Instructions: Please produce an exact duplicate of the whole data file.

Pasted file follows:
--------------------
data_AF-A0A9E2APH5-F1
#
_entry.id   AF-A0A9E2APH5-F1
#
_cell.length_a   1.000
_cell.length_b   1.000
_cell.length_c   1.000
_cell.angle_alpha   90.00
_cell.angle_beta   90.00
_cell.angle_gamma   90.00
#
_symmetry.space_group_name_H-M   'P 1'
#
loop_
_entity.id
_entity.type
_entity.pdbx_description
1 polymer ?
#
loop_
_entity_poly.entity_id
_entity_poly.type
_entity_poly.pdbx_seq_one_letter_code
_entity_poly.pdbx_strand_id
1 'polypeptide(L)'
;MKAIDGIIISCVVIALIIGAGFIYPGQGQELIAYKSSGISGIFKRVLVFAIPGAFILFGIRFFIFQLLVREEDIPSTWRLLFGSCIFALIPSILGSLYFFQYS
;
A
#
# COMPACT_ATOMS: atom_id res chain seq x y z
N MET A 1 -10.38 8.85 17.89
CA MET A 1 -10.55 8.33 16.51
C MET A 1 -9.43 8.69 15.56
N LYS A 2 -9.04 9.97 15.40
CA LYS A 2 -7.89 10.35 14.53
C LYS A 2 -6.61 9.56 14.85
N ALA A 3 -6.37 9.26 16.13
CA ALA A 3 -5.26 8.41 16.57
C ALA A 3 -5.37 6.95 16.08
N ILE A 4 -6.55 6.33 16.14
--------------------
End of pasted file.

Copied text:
data_AF-A0A9E2APH5-F1
#
_entry.id   AF-A0A9E2APH5-F1
#
_cell.length_a   1.000
_cell.length_b   1.000
_cell.length_c   1.000
_cell.angle_alpha   90.00
_cell.angle_beta   90.00
_cell.angle_gamma   90.00
#
_symmetry.space_group_name_H-M   'P 1'
#
loop_
_entity.id
_entity.type
_entity.pdbx_description
1 polymer ?
#
loop_
_entity_poly.entity_id
_entity_poly.type
_entity_poly.pdbx_seq_one_letter_code
_entity_poly.pdbx_strand_id
1 'polypeptide(L)'
;MKAIDGIIISCVVIALIIGAGFIYPGQGQELIAYKSSGISGIFKRVLVFAIPGAFILFGIRFFIFQLLVREEDIPSTWRLLFGSCIFALIPSILGSLYFFQYS
;
A
#
# COMPACT_ATOMS: atom_id res chain seq x y z
N MET A 1 -10.38 8.85 17.89
CA MET A 1 -10.55 8.33 16.51
C MET A 1 -9.43 8.69 15.56
N LYS A 2 -9.04 9.97 15.40
CA LYS A 2 -7.89 10.35 14.53
C LYS A 2 -6.61 9.56 14.85
N ALA A 3 -6.37 9.26 16.13
CA ALA A 3 -5.26 8.41 16.57
C ALA A 3 -5.37 6.95 16.08
N ILE A 4 -6.55 6.33 16.14